Do not underestimate your own time, performance and consistency requirements. The percentages are so thin that you cannot afford to miss anything. This also means that you will not be trading where there is doubt in the forecast. If you are new to trading do a significant amount of research on what the professions can return and try not to get lost in the mumble jumble site figures and cool graphics. So if you have all the right characteristics and can rise unscathed from a few big hits – Its also very easy to get trapped into positions even for experienced traders. So in summary if you want a 50K return each year you will need to have a pot in the order of 1/2M. I suspect it will take a few years to be trading these levels for most. Best approach is to start small, do your paper trading, see it as a hobby, stick to a few reliable sources for sentiment and technical analysis.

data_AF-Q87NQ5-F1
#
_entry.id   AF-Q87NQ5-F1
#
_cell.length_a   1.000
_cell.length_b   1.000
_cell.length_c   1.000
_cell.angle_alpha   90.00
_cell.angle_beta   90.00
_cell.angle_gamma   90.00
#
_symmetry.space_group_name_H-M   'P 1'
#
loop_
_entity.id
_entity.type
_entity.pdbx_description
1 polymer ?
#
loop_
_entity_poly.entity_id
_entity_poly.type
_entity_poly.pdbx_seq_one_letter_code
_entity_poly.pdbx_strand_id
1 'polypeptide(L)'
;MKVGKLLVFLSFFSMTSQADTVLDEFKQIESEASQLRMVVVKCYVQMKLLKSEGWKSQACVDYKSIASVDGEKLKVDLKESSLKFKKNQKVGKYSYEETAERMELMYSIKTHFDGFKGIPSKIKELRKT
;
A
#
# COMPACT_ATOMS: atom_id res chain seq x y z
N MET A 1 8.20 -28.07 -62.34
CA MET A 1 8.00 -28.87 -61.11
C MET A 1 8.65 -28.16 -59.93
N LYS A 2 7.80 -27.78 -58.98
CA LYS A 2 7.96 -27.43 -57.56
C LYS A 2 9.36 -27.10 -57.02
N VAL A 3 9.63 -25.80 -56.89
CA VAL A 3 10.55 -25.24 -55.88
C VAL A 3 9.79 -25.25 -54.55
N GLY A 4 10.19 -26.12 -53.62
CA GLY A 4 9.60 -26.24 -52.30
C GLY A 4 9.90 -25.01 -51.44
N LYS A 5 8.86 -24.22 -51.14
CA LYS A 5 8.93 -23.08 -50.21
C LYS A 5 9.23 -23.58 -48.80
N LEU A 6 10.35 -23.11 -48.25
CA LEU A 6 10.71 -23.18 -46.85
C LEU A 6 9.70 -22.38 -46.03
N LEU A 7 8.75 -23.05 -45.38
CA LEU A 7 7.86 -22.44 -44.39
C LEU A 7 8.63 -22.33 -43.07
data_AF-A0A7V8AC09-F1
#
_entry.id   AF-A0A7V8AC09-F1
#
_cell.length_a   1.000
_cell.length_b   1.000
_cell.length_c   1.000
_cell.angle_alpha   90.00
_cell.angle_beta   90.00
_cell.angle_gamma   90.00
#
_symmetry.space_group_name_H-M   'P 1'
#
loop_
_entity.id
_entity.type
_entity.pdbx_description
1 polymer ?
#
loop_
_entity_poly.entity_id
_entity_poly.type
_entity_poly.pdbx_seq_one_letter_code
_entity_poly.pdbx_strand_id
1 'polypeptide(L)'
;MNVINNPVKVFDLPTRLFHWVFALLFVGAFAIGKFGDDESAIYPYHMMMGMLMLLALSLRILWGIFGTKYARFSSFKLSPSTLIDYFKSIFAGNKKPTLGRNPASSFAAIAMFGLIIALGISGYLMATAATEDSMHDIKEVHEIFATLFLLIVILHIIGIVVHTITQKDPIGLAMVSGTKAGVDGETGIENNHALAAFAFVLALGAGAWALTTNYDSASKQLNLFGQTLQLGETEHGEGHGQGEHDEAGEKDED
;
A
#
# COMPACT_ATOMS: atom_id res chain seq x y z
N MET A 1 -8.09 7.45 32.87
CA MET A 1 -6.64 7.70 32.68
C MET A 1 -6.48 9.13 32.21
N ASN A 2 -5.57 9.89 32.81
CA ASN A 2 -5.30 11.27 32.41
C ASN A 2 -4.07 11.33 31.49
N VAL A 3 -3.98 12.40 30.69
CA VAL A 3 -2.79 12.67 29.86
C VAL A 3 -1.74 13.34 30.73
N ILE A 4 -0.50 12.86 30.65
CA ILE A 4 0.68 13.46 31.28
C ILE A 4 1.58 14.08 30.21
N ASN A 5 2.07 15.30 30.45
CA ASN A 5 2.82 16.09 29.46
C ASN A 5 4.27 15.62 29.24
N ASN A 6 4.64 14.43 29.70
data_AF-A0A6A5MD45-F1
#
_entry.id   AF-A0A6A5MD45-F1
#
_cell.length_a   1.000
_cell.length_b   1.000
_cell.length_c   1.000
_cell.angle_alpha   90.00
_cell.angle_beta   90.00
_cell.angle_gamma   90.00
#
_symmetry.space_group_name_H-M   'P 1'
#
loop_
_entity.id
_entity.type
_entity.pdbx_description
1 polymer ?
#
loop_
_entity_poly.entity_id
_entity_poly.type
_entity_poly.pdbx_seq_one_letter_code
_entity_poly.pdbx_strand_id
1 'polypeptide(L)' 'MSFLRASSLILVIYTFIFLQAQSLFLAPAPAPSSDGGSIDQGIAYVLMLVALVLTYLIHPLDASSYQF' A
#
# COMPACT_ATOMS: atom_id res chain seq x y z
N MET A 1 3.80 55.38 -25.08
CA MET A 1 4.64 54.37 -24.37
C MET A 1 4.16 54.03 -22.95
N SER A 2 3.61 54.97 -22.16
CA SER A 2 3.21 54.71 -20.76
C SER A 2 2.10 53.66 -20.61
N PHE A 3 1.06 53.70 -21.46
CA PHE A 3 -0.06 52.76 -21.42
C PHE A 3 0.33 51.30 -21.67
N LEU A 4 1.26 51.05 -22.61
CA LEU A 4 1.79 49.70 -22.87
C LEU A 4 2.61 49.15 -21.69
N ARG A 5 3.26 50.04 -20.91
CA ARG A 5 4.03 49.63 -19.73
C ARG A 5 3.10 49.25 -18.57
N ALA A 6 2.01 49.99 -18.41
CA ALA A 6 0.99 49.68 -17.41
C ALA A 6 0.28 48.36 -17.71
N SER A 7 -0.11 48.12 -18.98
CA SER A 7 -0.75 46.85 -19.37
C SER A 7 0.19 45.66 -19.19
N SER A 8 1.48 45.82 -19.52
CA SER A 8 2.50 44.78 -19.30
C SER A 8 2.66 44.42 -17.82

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Old Dec 23, 2010, 7:41pm   #28
 
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re: How Much Money Does a Trader Need To Start Trading?

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Originally Posted by upacs View Post
Don't forget to include inflation, that is, roughly 2% of your profit will be eaten away by this factor alone. Then you have to take into account your future expectations. Will you be happy with 30k per year for the rest of your life? with a real job, your income would (hopefully!) increase as your expertise and seniority increases.

Add it all up and things start looking gloomy quickly, unless you have a lot of funds at your disposal, or you somehow manage to achieve greater than 10% return on your equity.

DISCLAIMER: I'm not a trader (yet). The biggest question I have right now is what is an attainable realistic return. If it's 10% per year, then this endevour is not realistic for me, as I don't have the funds available. If, as some seem to suggest, returns of 2% per week are realistic, then things start looking better. In the end, the only way to find out for sure is to actually have a go.